It’s true, when we’re nervous we may talk too much. Maybe even ramble.
Asking for a contribution makes most people nervous which results in feeling the need to persuade by over-sharing. Put these together, and we have the perfect storm to make the most common fundraising mistake: talking too much.
Have you’ve ever walked away from a conversation or meeting thinking, “Why didn’t I just close my mouth and stop talking?” I have.
We start off with a terrific point and then we get out on what I call the tree branch and we can’t figure out how to get back to the original topic.
Don’t do this:
A few months ago, I received a phone call inviting me to make a contribution to an organization I regularly support. The gift amount was fine and the story shared was interesting. But I waited for an opportunity to answer and then I waited some more.
After 5 minutes of the other person talking I lost interest. My mind wandered and, frankly, I began to wonder when they were going to stop talking. I was no longer listening. I didn’t make a contribution that day.
If you want to get a YES — use fewer words.
Every ask should have these three elements:
1. Teach something new
3. Call to action
How long should you talk?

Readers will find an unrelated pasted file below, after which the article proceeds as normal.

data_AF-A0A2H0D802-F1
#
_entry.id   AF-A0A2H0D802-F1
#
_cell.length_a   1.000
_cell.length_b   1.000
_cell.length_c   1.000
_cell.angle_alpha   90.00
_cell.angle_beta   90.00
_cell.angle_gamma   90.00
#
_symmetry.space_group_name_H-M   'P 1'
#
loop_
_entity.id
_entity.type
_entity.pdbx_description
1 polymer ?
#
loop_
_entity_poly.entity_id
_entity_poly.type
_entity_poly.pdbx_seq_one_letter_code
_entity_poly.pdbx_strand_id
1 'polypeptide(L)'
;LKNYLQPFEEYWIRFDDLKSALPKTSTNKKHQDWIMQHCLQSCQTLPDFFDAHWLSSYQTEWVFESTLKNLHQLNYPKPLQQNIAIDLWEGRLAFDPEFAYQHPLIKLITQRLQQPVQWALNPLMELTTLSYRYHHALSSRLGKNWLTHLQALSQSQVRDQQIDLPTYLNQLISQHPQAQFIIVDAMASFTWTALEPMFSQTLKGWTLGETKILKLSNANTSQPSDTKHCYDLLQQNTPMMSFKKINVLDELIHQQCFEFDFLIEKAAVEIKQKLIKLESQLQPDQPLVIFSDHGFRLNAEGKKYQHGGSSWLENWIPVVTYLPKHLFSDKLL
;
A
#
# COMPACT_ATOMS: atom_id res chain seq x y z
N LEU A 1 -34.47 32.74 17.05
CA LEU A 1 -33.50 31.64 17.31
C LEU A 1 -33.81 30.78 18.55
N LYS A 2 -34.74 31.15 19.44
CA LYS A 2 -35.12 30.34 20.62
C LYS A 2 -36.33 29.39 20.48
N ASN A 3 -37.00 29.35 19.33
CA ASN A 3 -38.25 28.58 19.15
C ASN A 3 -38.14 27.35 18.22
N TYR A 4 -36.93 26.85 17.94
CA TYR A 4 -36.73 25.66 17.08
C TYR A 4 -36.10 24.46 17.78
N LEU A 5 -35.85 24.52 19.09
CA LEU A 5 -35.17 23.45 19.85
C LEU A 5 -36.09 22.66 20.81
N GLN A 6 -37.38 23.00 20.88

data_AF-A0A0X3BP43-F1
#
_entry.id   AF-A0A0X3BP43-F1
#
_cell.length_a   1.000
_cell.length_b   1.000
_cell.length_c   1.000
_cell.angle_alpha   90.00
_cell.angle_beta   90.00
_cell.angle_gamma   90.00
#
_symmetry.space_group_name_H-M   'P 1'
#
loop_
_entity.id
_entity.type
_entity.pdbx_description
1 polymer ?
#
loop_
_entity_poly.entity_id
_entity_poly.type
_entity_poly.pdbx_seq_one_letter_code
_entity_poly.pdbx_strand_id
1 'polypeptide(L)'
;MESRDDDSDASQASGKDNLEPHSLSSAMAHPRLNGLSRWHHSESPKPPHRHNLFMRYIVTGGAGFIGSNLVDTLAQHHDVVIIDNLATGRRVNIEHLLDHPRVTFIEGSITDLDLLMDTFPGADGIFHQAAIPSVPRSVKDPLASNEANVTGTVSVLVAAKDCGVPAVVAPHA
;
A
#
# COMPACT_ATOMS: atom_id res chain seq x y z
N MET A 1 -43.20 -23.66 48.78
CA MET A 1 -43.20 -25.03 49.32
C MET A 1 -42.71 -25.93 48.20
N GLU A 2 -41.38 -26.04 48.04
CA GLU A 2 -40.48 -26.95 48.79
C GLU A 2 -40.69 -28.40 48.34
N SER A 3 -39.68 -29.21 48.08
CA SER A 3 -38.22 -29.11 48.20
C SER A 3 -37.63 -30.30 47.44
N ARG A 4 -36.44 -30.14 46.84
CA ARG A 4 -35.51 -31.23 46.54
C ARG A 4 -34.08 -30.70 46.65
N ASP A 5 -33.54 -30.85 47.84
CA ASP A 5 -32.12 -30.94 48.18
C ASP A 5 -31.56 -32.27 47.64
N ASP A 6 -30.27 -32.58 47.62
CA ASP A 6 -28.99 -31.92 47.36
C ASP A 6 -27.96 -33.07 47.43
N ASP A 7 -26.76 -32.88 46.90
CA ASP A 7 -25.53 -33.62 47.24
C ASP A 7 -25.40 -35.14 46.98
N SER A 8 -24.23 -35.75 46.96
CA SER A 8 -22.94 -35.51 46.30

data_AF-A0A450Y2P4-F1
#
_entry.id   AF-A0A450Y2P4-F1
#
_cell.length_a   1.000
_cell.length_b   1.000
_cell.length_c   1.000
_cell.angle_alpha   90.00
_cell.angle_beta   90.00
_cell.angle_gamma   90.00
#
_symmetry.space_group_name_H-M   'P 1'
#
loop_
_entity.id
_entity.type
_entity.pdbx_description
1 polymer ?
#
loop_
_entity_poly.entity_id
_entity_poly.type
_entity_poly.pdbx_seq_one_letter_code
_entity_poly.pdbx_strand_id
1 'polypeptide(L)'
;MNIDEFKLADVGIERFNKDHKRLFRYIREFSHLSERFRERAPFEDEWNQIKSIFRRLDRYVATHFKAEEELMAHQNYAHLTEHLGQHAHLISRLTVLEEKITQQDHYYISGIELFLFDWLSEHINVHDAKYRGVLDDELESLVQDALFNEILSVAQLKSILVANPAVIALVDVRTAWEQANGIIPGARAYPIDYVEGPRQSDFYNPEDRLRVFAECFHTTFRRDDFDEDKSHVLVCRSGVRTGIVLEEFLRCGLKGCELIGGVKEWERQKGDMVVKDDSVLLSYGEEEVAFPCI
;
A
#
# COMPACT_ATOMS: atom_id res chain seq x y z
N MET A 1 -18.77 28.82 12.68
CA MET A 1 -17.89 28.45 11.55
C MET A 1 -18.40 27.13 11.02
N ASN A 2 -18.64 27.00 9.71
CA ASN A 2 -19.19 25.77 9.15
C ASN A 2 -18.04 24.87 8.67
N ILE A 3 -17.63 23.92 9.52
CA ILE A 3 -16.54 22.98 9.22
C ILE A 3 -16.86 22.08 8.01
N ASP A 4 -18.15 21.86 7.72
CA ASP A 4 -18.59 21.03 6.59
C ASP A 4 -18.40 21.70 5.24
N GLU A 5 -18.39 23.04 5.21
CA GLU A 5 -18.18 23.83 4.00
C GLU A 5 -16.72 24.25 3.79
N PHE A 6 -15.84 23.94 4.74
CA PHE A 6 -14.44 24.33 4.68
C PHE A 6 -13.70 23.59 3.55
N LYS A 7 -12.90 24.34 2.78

Fundraising guru, Jerry Panas, says at least 50 to 55% of the conversation should be spent LISTENING.
Meaning, if you have a 5-minute phone call to ask for a contribution you have 2 to 2½ minutes to talk – including the greeting and wrap up.
Tactics to Help Eliminate Rambling
1. Pause often.
When you say “Hello, how are you?” – Wait to hear the answer and really listen to what’s being said.
2. Ask questions to learn more about the donor.
Every meeting with a donor is an opportunity to learn more about why they support your work. It’s your opportunity to forge a deeper relationship. Usually by saying less and listening more.
3. Listen to learn.
Too often we listen for the pause from the other person so we can say what we feel needs saying to convince them.
The reality is, the more the other person talks, the more likely they are to give. . . and give more. Over and over again I’ve heard about ask conversations where the donor literally talked themselves into giving more than was expected.
4. Come to the meeting prepared.
Be prepared to share stories, startling facts, and to make your ask. But plan to use some, not all, of the information you’ve prepared.
With good planning you much more likely to actively listen when the conversation moves in different directions.
5. Leave your nerves at the office.
If you are more worried about “doing it right” than having a meaningful conversation, you’ll ramble. You’ll also cause your donor to feel uncomfortable. So, leave your nervous self at the office and bring your best listening self to the meeting or call.
Best practices: Breathe. Listen. Nod. Pause. Repeat.
Join Lori for one of her high-energy signature workshops: Art of Asking, May 14, 2019 – 9:30 to Noon, Minneapolis, MN. Hosted by Minnesota Theater Alliance. This session is open to any and all nonprofit organizations.